Unlocked by completing specific levels, Cores are permanent upgrades that do anything from giving you an extra heart of health, to giving you the ability to HOTSwitch into an enemy’s body like in SUPERHOT. You can only equip one Core at a time at the beginning of a Node, and that core will stay with you throughout. Hacks, on the other hand, are less permanent upgrades — anything from increasing your movement speed, to putting more bullets in your firearms, to turning any thrown object into a bullet-spewing explosive — that you can choose from at the beginning of each level within a Node. The game selects a number of Hacks at random and presents them to you before you get started on a level; combined with the randomly-generated levels, this means that each and every visit to a Node plays out completely differently.
The Cores and Hacks are a fantastic, very welcome, effort to keep SUPERHOT: MIND CONTROL DELETE’s core gameplay loop from becoming stale, and it presents some incredibly fun scenarios. My personal favourite experience came when I combined CHARGE.core with berserk.hack, allowing me to zip around the level bashing enemies’ heads in with my bare fists with no regard for cover or obstacles since each kill rendered me invulnerable as I closed the gap between enemies quickly and set off a chain reaction of devastating, satisfying brutality.
What really let me down though, is how quickly SUPERHOT: MIND CONTROL DELETE exhausts the already shallow pool of variety in its gameplay. It’s more than likely that you’ll have seen every possible map and weapon the game has to offer after completing the first floor. Of course, Cores and Hacks create a bit more variety but the fact of the matter is that some of them are just better than the rest; given that dying means you’ll have to restart the entire Node, there’s not too much incentive to experiment when you know what the best combinations are and can save yourself the loss of 15 minutes by choosing the “right” ones all the time. Completing Nodes ended up feeling more like a relief than an achievement, and I eventually just burned out after around eight hours of play — there simply wasn’t enough substance to the game, so I felt like I was just doing the same thing, over and over again, for eight hours.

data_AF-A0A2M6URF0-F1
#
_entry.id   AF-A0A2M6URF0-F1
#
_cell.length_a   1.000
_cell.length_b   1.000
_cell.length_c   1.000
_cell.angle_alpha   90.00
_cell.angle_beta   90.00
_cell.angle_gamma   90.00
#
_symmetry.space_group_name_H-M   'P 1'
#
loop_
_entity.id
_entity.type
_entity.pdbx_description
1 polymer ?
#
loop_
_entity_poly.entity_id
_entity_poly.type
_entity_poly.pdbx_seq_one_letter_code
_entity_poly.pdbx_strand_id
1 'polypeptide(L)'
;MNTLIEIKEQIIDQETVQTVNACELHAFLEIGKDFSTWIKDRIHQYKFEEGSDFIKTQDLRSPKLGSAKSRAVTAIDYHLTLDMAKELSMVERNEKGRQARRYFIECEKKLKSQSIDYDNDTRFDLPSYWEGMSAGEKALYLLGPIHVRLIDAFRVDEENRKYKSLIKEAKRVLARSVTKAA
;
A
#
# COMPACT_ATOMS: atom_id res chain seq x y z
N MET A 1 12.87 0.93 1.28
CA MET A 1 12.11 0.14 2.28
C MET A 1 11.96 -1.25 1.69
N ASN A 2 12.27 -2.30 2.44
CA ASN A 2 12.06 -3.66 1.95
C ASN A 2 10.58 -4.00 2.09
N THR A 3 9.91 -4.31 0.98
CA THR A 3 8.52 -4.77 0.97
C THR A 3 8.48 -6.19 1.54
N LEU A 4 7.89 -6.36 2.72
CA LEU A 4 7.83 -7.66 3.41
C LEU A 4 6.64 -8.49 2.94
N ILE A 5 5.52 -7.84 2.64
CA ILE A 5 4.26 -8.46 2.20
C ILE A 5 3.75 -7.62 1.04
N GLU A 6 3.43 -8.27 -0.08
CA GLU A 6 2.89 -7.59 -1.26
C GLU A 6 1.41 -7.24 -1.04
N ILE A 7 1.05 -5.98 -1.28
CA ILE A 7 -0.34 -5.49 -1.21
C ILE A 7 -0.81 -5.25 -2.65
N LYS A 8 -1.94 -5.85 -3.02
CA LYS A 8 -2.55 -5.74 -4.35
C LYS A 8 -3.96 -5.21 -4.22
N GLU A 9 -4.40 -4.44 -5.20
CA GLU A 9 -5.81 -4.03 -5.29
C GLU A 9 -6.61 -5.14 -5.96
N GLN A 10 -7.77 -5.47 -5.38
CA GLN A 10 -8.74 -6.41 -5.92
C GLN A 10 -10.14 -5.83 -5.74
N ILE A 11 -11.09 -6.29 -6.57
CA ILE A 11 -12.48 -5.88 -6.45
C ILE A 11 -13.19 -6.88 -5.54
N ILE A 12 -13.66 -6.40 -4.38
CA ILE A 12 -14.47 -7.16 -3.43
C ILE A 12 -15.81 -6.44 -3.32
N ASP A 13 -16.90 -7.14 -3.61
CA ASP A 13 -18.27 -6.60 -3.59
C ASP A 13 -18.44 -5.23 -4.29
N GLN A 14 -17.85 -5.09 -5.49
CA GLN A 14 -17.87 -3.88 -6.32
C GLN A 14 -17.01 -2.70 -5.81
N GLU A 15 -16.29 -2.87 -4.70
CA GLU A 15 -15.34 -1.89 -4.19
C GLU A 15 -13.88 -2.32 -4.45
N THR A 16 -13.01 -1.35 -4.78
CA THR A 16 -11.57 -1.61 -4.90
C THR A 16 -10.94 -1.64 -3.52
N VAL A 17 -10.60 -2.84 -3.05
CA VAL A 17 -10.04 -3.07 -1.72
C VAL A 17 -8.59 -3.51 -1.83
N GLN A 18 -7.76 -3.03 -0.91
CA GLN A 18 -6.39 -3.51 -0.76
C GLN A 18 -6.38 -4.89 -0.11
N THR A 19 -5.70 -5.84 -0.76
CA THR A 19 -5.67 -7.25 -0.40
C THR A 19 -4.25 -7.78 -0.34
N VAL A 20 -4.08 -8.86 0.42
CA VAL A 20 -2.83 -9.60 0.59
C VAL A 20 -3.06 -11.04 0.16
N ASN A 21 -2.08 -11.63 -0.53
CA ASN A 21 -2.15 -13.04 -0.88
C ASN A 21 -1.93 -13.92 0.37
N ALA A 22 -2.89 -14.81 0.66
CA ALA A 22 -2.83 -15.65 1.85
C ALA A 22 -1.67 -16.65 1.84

That’s not to say SUPERHOT: MIND CONTROL DELETE is a bad game — far from it. In fact, it’s a fine addition to the core SUPERHOT experience that’s just an update or two away from being a fantastic one. At this point, though, it’s a game that relies far too heavily on its time-manipulation gimmick to make itself less frustrating, rather than properly exploring the possibilities that it can bring to the table. If the SUPERHOT Team is able to add to the pool of enemies, maps and weapons that it chooses from, or even add in some of the carefully and intentionally crafted levels the original game was beloved for, it would be a huge boost to an already fun action-FPS experience.
SUPERHOT: MIND CONTROL DELETE is a fun action-FPS that feels limited in its execution; it makes some fantastic additions to the core SUPERHOT experience, but a poorly-executed step away from the original’s intentionally, meticulously crafted level design ultimately hurts the game’s replayability.
Max reviewed SUPERHOT: MIND CONTROL DELETE using a retail Steam code provided by the SUPERHOT Team.